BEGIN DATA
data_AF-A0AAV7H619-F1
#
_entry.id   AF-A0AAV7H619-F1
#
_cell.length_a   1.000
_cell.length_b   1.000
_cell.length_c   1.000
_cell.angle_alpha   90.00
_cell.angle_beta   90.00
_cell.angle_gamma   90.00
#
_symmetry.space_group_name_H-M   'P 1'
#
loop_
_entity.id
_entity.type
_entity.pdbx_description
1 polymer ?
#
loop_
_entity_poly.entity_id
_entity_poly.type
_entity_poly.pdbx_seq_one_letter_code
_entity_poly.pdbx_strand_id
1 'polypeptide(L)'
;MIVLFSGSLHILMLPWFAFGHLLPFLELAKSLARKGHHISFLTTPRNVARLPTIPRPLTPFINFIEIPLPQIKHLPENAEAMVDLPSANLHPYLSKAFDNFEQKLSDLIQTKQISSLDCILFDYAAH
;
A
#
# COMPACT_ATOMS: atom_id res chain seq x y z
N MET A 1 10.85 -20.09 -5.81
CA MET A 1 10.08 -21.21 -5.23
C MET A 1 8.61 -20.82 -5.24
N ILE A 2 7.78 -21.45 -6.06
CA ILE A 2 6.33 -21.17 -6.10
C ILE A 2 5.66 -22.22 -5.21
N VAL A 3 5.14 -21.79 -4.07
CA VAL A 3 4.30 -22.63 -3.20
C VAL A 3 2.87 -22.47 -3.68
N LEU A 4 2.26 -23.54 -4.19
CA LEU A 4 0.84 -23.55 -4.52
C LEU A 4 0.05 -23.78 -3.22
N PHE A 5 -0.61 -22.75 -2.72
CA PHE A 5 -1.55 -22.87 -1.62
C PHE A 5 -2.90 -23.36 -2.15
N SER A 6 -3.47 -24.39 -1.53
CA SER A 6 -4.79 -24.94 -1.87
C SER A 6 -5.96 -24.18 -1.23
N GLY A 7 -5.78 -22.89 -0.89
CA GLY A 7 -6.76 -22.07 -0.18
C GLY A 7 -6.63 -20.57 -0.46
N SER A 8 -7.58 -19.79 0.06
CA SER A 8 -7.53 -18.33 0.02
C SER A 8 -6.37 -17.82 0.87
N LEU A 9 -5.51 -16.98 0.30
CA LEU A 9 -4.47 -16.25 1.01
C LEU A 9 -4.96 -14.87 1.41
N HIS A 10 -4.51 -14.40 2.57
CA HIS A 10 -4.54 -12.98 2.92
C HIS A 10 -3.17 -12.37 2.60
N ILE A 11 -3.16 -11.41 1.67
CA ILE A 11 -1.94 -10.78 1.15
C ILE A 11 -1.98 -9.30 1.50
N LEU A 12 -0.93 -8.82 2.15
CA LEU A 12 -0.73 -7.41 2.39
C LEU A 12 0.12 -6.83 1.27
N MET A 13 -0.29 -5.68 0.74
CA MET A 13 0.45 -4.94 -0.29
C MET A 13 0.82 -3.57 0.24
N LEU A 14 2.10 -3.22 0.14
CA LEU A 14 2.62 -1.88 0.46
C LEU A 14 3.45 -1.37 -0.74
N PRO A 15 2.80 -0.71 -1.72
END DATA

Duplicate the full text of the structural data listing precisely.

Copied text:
data_AF-A0AAV7H619-F1
#
_entry.id   AF-A0AAV7H619-F1
#
_cell.length_a   1.000
_cell.length_b   1.000
_cell.length_c   1.000
_cell.angle_alpha   90.00
_cell.angle_beta   90.00
_cell.angle_gamma   90.00
#
_symmetry.space_group_name_H-M   'P 1'
#
loop_
_entity.id
_entity.type
_entity.pdbx_description
1 polymer ?
#
loop_
_entity_poly.entity_id
_entity_poly.type
_entity_poly.pdbx_seq_one_letter_code
_entity_poly.pdbx_strand_id
1 'polypeptide(L)'
;MIVLFSGSLHILMLPWFAFGHLLPFLELAKSLARKGHHISFLTTPRNVARLPTIPRPLTPFINFIEIPLPQIKHLPENAEAMVDLPSANLHPYLSKAFDNFEQKLSDLIQTKQISSLDCILFDYAAH
;
A
#
# COMPACT_ATOMS: atom_id res chain seq x y z
N MET A 1 10.85 -20.09 -5.81
CA MET A 1 10.08 -21.21 -5.23
C MET A 1 8.61 -20.82 -5.24
N ILE A 2 7.78 -21.45 -6.06
CA ILE A 2 6.33 -21.17 -6.10
C ILE A 2 5.66 -22.22 -5.21
N VAL A 3 5.14 -21.79 -4.07
CA VAL A 3 4.30 -22.63 -3.20
C VAL A 3 2.87 -22.47 -3.68
N LEU A 4 2.26 -23.54 -4.19
CA LEU A 4 0.84 -23.55 -4.52
C LEU A 4 0.05 -23.78 -3.22
N PHE A 5 -0.61 -22.75 -2.72
CA PHE A 5 -1.55 -22.87 -1.62
C PHE A 5 -2.90 -23.36 -2.15
N SER A 6 -3.47 -24.39 -1.53
CA SER A 6 -4.79 -24.94 -1.87
C SER A 6 -5.96 -24.18 -1.23
N GLY A 7 -5.78 -22.89 -0.89
CA GLY A 7 -6.76 -22.07 -0.18
C GLY A 7 -6.63 -20.57 -0.46
N SER A 8 -7.58 -19.79 0.06
CA SER A 8 -7.53 -18.33 0.02
C SER A 8 -6.37 -17.82 0.87
N LEU A 9 -5.51 -16.98 0.30
CA LEU A 9 -4.47 -16.25 1.01
C LEU A 9 -4.96 -14.87 1.41
N HIS A 10 -4.51 -14.40 2.57
CA HIS A 10 -4.54 -12.98 2.92
C HIS A 10 -3.17 -12.37 2.60
N ILE A 11 -3.16 -11.41 1.67
CA ILE A 11 -1.94 -10.78 1.15
C ILE A 11 -1.98 -9.30 1.50
N LEU A 12 -0.93 -8.82 2.15
CA LEU A 12 -0.73 -7.41 2.39
C LEU A 12 0.12 -6.83 1.27
N MET A 13 -0.29 -5.68 0.74
CA MET A 13 0.45 -4.94 -0.29
C MET A 13 0.82 -3.57 0.24
N LEU A 14 2.10 -3.22 0.14
CA LEU A 14 2.62 -1.88 0.46
C LEU A 14 3.45 -1.37 -0.74
N PRO A 15 2.80 -0.71 -1.72